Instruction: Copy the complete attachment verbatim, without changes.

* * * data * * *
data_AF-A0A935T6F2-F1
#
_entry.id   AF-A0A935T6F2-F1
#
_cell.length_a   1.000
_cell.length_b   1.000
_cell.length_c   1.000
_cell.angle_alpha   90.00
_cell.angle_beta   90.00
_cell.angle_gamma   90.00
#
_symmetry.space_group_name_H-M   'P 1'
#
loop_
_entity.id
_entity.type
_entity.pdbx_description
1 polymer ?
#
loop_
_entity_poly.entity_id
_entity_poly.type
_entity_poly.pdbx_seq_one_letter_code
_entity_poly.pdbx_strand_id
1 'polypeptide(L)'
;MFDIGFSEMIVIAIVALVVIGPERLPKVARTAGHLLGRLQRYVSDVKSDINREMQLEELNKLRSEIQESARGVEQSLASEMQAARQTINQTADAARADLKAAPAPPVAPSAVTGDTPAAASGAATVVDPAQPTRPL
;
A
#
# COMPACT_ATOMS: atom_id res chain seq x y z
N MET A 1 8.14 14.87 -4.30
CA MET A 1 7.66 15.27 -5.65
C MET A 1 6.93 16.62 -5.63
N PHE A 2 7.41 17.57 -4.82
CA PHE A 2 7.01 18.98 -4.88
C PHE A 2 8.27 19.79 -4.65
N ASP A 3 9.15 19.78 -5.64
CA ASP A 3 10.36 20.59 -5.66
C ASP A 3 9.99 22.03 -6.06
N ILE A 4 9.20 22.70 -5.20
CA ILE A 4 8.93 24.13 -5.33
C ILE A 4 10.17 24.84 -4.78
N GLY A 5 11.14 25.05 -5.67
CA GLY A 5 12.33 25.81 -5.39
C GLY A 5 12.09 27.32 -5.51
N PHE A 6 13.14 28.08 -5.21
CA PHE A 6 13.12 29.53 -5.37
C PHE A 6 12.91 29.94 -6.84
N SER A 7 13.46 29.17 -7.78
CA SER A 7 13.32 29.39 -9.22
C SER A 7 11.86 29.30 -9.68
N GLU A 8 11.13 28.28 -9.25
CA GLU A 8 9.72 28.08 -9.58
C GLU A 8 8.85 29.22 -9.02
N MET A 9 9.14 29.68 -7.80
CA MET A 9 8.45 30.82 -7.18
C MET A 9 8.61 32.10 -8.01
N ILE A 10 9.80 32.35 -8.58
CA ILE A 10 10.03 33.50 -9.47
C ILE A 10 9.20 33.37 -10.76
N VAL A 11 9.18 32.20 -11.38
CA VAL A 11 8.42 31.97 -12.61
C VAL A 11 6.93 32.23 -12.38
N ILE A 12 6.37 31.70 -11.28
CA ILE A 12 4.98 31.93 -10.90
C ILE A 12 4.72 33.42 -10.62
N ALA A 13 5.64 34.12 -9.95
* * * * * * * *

data_AF-A0A935T6F2-F1
#
_entry.id   AF-A0A935T6F2-F1
#
_cell.length_a   1.000
_cell.length_b   1.000
_cell.length_c   1.000
_cell.angle_alpha   90.00
_cell.angle_beta   90.00
_cell.angle_gamma   90.00
#
_symmetry.space_group_name_H-M   'P 1'
#
loop_
_entity.id
_entity.type
_entity.pdbx_description
1 polymer ?
#
loop_
_entity_poly.entity_id
_entity_poly.type
_entity_poly.pdbx_seq_one_letter_code
_entity_poly.pdbx_strand_id
1 'polypeptide(L)'
;MFDIGFSEMIVIAIVALVVIGPERLPKVARTAGHLLGRLQRYVSDVKSDINREMQLEELNKLRSEIQESARGVEQSLASEMQAARQTINQTADAARADLKAAPAPPVAPSAVTGDTPAAASGAATVVDPAQPTRPL
;
A
#
# COMPACT_ATOMS: atom_id res chain seq x y z
N MET A 1 8.14 14.87 -4.30
CA MET A 1 7.66 15.27 -5.65
C MET A 1 6.93 16.62 -5.63
N PHE A 2 7.41 17.57 -4.82
CA PHE A 2 7.01 18.98 -4.88
C PHE A 2 8.27 19.79 -4.65
N ASP A 3 9.15 19.78 -5.64
CA ASP A 3 10.36 20.59 -5.66
C ASP A 3 9.99 22.03 -6.06
N ILE A 4 9.20 22.70 -5.20
CA ILE A 4 8.93 24.13 -5.33
C ILE A 4 10.17 24.84 -4.78
N GLY A 5 11.14 25.05 -5.67
CA GLY A 5 12.33 25.81 -5.39
C GLY A 5 12.09 27.32 -5.51
N PHE A 6 13.14 28.08 -5.21
CA PHE A 6 13.12 29.53 -5.37
C PHE A 6 12.91 29.94 -6.84
N SER A 7 13.46 29.17 -7.78
CA SER A 7 13.32 29.39 -9.22
C SER A 7 11.86 29.30 -9.68
N GLU A 8 11.13 28.28 -9.25
CA GLU A 8 9.72 28.08 -9.58
C GLU A 8 8.85 29.22 -9.02
N MET A 9 9.14 29.68 -7.80
CA MET A 9 8.45 30.82 -7.18
C MET A 9 8.61 32.10 -8.01
N ILE A 10 9.80 32.35 -8.58
CA ILE A 10 10.03 33.50 -9.47
C ILE A 10 9.20 33.37 -10.76
N VAL A 11 9.18 32.20 -11.38
CA VAL A 11 8.42 31.97 -12.61
C VAL A 11 6.93 32.23 -12.38
N ILE A 12 6.37 31.70 -11.28
CA ILE A 12 4.98 31.93 -10.90
C ILE A 12 4.72 33.42 -10.62
N ALA A 13 5.64 34.12 -9.95